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Same-sex marriage is being pushed to the top of Ottawa's agenda as lobby groups from both sides of the argument try to win over MPs on Parliament Hill before a free vote on the issue, expected later this year.

The United Church of Canada took an early stand Tuesday morning, calling on politicians to vote against reopening the debate on same-sex marriage.

Right Reverend David Giuliano said the current Civil Marriage Act struck a good balance between protecting the rights of gay and lesbian people while not interfering with religious rights.

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"To reopen the debate and deny the right to equal marriage would be a violation of the religious freedom of faith communities, such as ours, who wish to recognize same-sex marriage as part of their religious practice," Rev. Giuliano said.

But dozens of religious and socially-conservative groups have formed the Defend Marriage Alliance and will hold an all-day caucus on Tuesday, asking politicians to closely study the bill before holding the free vote.

At a press conference on Tuesday, Alliance spokesman Brian Rushfeldt said Bill C-38 was being used to "hammer in homosexual teaching in public education" and urged Parliament to reopen the debate.

Another spokesman, Carles McVety, cited French law as a more preferable resolution, allowing for 'civil union' for same-sex couples, marriage and common law unions.

"This gave all people rights, but in this country of Canada, we had this rush to judgment. We had bill C-38 passed in a very short order of time and it's caused many problems," Mr. McVety said.

"We have the little black book curriculum paid for by the Canadian government and different levels of government. This book is now curriculum designed for 14-year-olds... and it is deeply, deeply offensive. It puts forward terrible pornographic statements, wrongful statements that 80 per cent of our country is bisexual. This is wrong, and it should not be taught to our children."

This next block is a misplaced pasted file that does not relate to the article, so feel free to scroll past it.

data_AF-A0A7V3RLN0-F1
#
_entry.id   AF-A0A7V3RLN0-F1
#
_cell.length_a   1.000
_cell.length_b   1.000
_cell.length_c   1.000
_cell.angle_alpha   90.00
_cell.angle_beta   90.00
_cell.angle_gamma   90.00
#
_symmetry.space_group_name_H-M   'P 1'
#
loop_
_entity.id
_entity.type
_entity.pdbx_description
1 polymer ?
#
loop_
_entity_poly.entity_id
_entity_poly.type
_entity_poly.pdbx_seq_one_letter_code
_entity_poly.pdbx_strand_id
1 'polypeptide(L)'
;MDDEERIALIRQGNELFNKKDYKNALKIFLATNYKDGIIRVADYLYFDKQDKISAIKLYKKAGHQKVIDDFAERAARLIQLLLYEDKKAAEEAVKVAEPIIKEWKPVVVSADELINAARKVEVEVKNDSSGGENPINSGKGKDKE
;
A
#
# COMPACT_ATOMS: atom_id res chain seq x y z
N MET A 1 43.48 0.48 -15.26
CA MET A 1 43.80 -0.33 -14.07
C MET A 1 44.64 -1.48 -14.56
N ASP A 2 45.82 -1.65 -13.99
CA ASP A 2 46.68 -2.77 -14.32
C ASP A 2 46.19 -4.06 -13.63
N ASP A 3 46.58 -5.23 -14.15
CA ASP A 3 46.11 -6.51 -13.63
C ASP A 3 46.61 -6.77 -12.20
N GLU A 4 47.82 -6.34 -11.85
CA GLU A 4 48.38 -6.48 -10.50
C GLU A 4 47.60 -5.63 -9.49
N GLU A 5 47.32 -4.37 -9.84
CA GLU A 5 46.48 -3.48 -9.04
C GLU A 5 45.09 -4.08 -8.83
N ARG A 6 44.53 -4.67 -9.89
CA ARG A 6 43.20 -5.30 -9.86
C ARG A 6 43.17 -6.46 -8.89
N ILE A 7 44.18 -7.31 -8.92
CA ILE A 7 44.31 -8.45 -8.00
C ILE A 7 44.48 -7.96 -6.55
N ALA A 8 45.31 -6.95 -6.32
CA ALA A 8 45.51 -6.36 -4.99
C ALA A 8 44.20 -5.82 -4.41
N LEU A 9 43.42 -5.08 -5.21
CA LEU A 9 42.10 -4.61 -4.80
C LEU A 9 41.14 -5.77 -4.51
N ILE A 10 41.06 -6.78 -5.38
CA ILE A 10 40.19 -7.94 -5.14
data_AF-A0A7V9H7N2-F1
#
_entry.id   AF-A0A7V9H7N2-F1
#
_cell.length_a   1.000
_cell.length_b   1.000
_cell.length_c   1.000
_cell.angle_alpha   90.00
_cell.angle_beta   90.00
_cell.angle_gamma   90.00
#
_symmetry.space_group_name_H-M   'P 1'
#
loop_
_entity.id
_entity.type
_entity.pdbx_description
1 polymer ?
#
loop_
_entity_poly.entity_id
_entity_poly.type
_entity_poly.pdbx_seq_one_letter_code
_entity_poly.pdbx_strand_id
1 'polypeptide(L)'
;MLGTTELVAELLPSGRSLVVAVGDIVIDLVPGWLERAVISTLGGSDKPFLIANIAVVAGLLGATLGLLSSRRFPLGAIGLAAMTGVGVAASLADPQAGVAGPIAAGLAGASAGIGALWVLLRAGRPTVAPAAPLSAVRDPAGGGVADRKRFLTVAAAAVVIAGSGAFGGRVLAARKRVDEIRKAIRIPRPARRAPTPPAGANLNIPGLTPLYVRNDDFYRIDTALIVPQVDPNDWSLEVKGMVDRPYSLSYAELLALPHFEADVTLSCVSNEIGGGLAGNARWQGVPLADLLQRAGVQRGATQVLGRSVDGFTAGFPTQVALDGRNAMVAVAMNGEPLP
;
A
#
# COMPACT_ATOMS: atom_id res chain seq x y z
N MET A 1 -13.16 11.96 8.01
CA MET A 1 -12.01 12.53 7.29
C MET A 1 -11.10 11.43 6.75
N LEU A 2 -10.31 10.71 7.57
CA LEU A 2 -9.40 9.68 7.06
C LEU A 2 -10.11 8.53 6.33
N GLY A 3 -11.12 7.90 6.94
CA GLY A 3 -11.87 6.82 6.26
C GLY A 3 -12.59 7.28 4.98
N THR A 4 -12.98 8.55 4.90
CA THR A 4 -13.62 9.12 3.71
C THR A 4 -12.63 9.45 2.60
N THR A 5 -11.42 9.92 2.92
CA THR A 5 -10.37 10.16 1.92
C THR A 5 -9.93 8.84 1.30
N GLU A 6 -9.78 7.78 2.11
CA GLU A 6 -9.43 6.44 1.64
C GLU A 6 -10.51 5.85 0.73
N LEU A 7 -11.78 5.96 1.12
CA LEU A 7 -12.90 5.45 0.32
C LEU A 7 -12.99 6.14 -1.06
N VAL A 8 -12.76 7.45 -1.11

"Nature creates children, a marriage between a man and a woman. If you allow same-sex marriage, you take away this right," said a third spokesman, Louis de Serres.

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However, Gilles Marchildon, executive director of gay-rights organization Egale Canada, said the Defend Marriage position was "completely false"

"Canadians have had enough of this debate. More than two thirds think that the issue has been resolved. It's now high time that Prime Minister (Stephen) Harper realizes this," Mr. Marchildon said.

"The religions of one person should not be imposed as the law for everybody. Of course, several religions refuse to marry homosexuals, gay people. This is their right. Civil law allows this. It also allows people who want to celebrate marriage among people of the same sex. The law has to protect everyone."

Same-sex marriage was legalized in Canada last year when Parliament passed Bill C-38. That followed individual court rulings in most provinces on the issue. More than 10,000 same-sex marriages have been conducted in Canada.

During the federal election campaign in January, Mr. Harper promised to reopen the issue and allow a free vote that could overturn the legislation. A parliamentary vote is expected before December.

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